For teenagers, but not only
Ultimately, the Silna collection is to reach young girls, high school students and those who are slightly older. When I think about myself at that time, I would probably welcome him with open arms, although… the mix of genres can make you turn your nose. A crime story, psychological prose, fantasy and a surprise at the end, because Dominika Słowik could be expected to have texts beyond any classification. Ultimately, however, I would classify most of the stories as fantasy, so the book is unlikely to appeal to lovers of “serious” literature (I was a teenage snob myself, trust me ).
Silna is an ideal collection for people who would like to find out what’s going on in the latest, but already recognized, Polish literature. It is opened by authors who are recognized as important female voices, rewarded, and that spark discussions about how life in our country is for young people, families and girls. Anna Cieplak wrote about teenagers in “To be clean” , while Natalia Fiedorczuk made her debut with the famous How to love shopping centers , where she wrote about the difficult experiences of early motherhood. The stories of these authors, included in Nails , are short, sparingly written and, in a sense, enter into a dialogue – Cieplak’s narrator is an adult who wants to help a teenager, while Fiedorczuk is a high school student trying to cope with school violence.
Now about what you are waiting for as readers of The Last Tavern – fantastic in this collection. We have two of the most famous names here of the last few years – Aneta Jadowska and Katarzyna Berenika Miszczuk. Thanks to the first one, you will return for a moment to Toruń from Thornverse, where Chicken will implement the principle “you will never walk alone”. Neither was he walking alone. The second author will throw us into the middle of the war-ravaged Somni, and her heroine will have to remember that she is, has always been, strong. Finally, Agnieszka Płoszaj, associated with a crime fiction, wrote a strong urban fantasy story , a bit in the style of Constantine .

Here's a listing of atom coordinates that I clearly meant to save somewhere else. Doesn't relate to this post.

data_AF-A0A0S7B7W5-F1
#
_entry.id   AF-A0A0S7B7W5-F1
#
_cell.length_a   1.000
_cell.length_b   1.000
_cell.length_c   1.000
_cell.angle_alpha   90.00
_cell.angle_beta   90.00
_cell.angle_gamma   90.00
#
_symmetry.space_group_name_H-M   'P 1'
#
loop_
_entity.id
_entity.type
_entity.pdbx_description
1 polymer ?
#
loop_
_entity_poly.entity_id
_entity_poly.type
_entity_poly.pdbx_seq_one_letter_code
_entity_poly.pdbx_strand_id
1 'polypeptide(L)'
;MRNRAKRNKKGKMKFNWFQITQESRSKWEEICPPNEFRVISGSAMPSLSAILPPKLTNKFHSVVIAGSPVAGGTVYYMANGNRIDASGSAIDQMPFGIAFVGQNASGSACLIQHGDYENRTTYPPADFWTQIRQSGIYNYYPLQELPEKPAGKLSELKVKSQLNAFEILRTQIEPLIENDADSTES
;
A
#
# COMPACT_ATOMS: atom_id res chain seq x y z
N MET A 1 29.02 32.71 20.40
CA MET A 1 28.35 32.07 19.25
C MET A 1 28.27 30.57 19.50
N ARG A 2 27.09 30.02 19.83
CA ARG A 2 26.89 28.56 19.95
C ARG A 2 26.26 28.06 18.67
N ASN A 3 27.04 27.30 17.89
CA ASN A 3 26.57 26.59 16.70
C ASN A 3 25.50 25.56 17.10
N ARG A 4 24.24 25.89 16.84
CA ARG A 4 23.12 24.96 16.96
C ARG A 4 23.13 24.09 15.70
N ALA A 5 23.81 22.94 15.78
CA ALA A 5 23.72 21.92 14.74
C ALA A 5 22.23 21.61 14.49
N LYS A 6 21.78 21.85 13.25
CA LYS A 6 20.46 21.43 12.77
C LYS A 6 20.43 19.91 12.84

At the end, a cherry and a surprise for the whole volume – postapo from Dominika Słowik. Until now, her books were classified as psychological literature or magical realism (she herself did not agree with the latter). In Zimowla and her debut, Atlas: Doppelganger showed that she has great control over words, draws the reader in, confuses tropes, and can create an amazing mood. Girls are not afraid of the dark , as far as I know, her first trip to genre literature per se . And I personally want more. This is a fantasy of the highest order.
How strong is she ?
According to the blurb on the cover, we are to decide what this adjective means to us. I am not sure if the volume has so much emancipatory charge as to evoke the readers’ desire to rebel or fight for theirs. It can certainly be reassuring. At the same time, we come across well-known motifs – the loneliness of the protagonist (in Fiedorczuk or Płoszaj, a bit also in Cieplak), the need to overcome pain in the name of independence (Miszczuk), focus on others, not on ourselves (Cieplak, Miszczuk). The slogans of our newest banners, sisterhood, sticking together are included in their texts, above all, by Jadowska and Słowik. Perhaps that is why these two versions of Nails appealed to me the most.
I hope that this anthology is not a one-off event, but together with the volumes of Hardy Horde stories or Cyberpunk Girls, it will build a broader trend. I think we need (regardless of age) such collections. First, to be together more often. Secondly, to be able to look at Polish literature, including genres that we usually do not reach for, and hear different voices. In this respect, Nails really stands out, because she collects individualities important for a few rarely touching reading territories. And as an eclectic reader, I really appreciate not sticking to rigid frames and divisions.